The Japanese Yen has steadily increased in value to the USD since July 2008 from a valuation of 106 JPY to the USD to its current 89 JPY level. Much of the media talks about the US total debt ceiling approaching 90 to 100 percent of GDP depending on what figures you look at. But that is the general figure for the US debt at this time. Japan on the other hand has a national debt over twice as large as America's as measured as percentage of GDP. True, the majority of Japan's debt is held by domestic investors unlike the U.S., but Japan finds itself in a precarious position with other issues of significant concern. Their population is declining in numbers unlike the United States where the population base is growing. Japan's economy is not as diversified as America's. Further, Japan lacks the abundance of natural resources that America holds. With deflation still taking hold in Japan, it is a fair bet that the U.S. will likely see higher nominal interest rates down road before Japan. Don't be surprised to see an exchange valuation reversal in the near term with the USD breaking the 100 JPY level within 6 months. As measured by purchasing power parity, the USD is currently 25 percent undervalued to the Japanese yen.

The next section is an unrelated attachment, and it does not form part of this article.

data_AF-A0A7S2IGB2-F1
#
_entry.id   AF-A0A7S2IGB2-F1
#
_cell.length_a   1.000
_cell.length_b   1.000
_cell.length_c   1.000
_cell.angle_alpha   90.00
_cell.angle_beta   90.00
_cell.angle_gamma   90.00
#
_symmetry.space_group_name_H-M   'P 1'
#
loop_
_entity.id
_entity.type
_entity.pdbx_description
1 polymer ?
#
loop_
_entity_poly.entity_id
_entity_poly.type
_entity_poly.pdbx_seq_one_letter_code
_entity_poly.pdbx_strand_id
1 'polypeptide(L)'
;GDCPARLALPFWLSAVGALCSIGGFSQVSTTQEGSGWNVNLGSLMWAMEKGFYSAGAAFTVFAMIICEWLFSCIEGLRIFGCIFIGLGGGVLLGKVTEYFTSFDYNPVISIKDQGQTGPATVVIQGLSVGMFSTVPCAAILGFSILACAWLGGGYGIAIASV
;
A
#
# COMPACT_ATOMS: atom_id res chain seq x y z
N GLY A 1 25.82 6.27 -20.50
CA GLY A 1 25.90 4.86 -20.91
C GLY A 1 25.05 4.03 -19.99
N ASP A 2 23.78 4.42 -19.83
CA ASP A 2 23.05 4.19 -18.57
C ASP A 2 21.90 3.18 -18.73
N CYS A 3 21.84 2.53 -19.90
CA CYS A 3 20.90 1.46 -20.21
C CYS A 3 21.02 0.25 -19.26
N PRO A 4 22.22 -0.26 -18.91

Finally, lets look at gold. Gold is a great measure against all fiat currencies. Gold is due for a pullback currently holding at the 1150 USD per ounce level - a tremendous rally over the last year in USD gold valuation. However, it should be noted that gold like fiat currencies can trade illogical at times as well. Usually, gold and the USD trade inversely. When the USD falls, gold rises and vice versa. In the short term, it would not surprise us if we see both the USD and gold rising in value at the same time with gold approaching 1300 USD per ounce in 2010.